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Europe Data Protection Digest | Notes from the IAPP Europe Managing Director, September 16, 2016 Related reading: Card Factory fixes website flaw allowing access to other users' photos

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Greetings from Brussels!

Jean-Claude Juncker, the European Commission president, made his annual State of the Union address to the European Parliament on Wednesday. Acknowledging the "existential crisis" facing Europe, he made efforts to put forward an agenda outlining a list of legislative proposals he felt European Member State leaders could rally around against a backdrop of seemingly endless crisis where there is "little commonality in our Union" and where Brexit looms upon the horizon.

Juncker referred to, and seemed to finger, a growing wave of populism sweeping across Europe and paralyzing governments (as they seek re-election), as a driving cause for Member States putting national interest above the European common good. Europe it seems is jaded from successive years of constant crisis threats from the rumble of financial and currency threats to the more recent migration control challenges. Fatigue has set in. He tried to keep his message positive, articulating his vision for the future, ranging from a common EU defense policy to strategic funding instruments to bolster European business research and infrastructure projects to building the single digital market. On that particular note, Juncker announced plans to roll out 5G telecoms networks, to undertake an overhaul of copyright rules and a pledge that “the main centers of public life” in Europe’s towns and cities should have free wireless internet by 2020.

The suggested telecom reforms are likely to favor the European telecom groups, who largely missed out on the tech sector’s exponential growth in recent times. Among the changes, Juncker wants to amend EU rules that restrict the likes of Deutsche Telekom, Orange and Telefonica from co-investing or sharing network capacity. The EC would also, as I mentioned in previous MD Notes, expand the rules covering security and confidentiality for phone providers to internet-based communications services.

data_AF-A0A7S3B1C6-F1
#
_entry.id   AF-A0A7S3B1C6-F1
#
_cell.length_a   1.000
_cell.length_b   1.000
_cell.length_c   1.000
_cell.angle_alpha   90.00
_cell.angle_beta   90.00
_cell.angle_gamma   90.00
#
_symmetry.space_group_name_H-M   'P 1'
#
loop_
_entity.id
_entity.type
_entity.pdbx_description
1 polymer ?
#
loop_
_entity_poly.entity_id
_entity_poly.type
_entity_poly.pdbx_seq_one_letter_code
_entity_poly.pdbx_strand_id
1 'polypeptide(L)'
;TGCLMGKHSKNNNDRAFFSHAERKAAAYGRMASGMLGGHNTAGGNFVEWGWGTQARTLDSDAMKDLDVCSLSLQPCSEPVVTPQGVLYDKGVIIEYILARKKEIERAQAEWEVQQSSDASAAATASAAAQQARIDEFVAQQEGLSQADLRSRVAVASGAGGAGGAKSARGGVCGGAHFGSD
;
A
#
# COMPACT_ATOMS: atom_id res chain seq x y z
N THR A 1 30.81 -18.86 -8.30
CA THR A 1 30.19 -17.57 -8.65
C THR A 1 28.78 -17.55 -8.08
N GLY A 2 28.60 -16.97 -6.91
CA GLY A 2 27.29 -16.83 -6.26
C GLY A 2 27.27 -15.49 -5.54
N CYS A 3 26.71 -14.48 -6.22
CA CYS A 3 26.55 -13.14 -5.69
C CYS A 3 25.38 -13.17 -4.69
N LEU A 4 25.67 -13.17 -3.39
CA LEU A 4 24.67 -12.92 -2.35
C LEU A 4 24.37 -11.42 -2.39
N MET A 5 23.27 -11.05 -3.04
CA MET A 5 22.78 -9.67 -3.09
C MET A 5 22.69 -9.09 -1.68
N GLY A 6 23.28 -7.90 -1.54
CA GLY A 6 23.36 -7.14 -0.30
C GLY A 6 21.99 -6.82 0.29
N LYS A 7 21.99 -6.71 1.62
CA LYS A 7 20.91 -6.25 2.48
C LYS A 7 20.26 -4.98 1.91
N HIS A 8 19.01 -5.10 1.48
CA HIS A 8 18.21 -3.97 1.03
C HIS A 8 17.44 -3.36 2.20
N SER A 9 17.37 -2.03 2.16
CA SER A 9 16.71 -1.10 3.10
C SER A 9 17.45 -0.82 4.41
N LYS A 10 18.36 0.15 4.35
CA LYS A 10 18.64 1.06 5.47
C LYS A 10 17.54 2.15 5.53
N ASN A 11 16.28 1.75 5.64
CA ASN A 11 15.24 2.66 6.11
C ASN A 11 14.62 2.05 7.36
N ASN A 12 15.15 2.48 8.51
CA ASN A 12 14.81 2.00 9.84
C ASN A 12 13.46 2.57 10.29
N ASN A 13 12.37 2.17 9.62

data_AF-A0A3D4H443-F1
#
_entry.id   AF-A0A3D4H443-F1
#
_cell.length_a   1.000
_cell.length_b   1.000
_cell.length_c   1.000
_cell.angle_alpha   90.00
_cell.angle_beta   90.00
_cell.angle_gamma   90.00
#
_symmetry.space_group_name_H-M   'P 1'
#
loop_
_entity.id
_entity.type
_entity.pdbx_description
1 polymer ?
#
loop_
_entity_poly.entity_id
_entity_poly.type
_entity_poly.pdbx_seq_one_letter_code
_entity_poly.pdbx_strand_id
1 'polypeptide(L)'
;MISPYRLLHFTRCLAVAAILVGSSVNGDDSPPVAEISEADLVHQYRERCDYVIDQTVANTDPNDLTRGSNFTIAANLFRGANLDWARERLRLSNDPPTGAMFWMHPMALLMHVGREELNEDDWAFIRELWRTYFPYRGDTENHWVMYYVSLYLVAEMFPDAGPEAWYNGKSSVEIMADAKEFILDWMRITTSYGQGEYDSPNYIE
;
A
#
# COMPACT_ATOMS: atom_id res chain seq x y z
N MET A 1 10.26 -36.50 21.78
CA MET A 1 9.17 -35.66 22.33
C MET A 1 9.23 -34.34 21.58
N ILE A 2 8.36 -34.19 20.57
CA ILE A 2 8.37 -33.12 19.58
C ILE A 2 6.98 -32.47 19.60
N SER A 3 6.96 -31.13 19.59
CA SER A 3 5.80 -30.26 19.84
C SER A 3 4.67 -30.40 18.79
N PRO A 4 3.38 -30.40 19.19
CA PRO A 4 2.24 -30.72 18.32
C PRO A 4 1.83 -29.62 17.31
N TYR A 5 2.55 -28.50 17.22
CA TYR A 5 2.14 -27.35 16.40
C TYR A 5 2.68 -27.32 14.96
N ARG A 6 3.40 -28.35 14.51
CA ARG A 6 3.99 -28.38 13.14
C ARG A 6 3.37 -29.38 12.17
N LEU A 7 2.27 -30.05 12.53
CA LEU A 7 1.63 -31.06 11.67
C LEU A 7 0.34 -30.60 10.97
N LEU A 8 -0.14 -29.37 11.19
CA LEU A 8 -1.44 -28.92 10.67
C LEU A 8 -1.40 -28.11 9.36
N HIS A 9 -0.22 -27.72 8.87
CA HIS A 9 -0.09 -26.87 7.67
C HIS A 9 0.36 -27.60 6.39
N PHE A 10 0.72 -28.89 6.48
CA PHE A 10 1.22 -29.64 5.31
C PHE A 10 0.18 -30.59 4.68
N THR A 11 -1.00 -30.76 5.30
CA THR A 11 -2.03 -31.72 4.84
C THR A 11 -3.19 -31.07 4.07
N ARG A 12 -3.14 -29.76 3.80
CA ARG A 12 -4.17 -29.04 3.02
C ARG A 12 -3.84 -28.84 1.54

Juncker said the EU would also help to protect the personal online data of EU citizens through legal framework changes — understand GDPR and Privacy Shield here. He went on to state that being European means the right to have your personal data protected by strong, European laws: “Because Europeans do not like drones overhead recording their every move, or companies stockpiling their every mouse click.” In reference to the GDPR, he maintained that it was a strong, robust law that applies to companies wherever they are based, and whenever they are processing your data. “Because in Europe, privacy matters. This is a question of human dignity,” he emphasized.

With regard to the most significant and seismic challenge to the EU in recent memory Juncker had this to say: “We regret the Brexit decision ... but the European Union’s existence is not at risk.” His hope is for the EU to be a driving force as it moves through the Brexit process and beyond; his goal to create a "better Europe." Juncker firmly believes that with an expanding world, Europe is getting smaller and, as such, Europe needs to ensure that it is more than a soft power player on the global stage; you have to think he might be right on that point. 

It appears that Juncker is taking lessons from the recent challenges to the Union saying he would ask his team of 27 EU commissioners to increase the number of visits made to national parliaments to discuss EU policies. “Europe can only be built with the Member States, not against the Member States,” he said. “We do listen to our citizens and we would like to do that more intensely.” Working with Member State Parliaments seems appropriate in this instance, but only in so far that those parliaments in turn are in touch with the hearts and minds of their constituents. This was not the case over the Brexit vote, for example, where the U.K Parliament was overwhelmingly in favor of remaining in the EU.

In many respects, you could argue that this is symptomatic of a trend across Europe. One increasingly finds evidence or anecdotal examples of a disconnected political class from the reality of its citizens; this is not a force for good or stability. Politics in Europe is undoubtedly in need of change, not only at a European level but also at national level. To continue along as is without some inward reflection by politicians and citizens alike may well bring stormier weather.  

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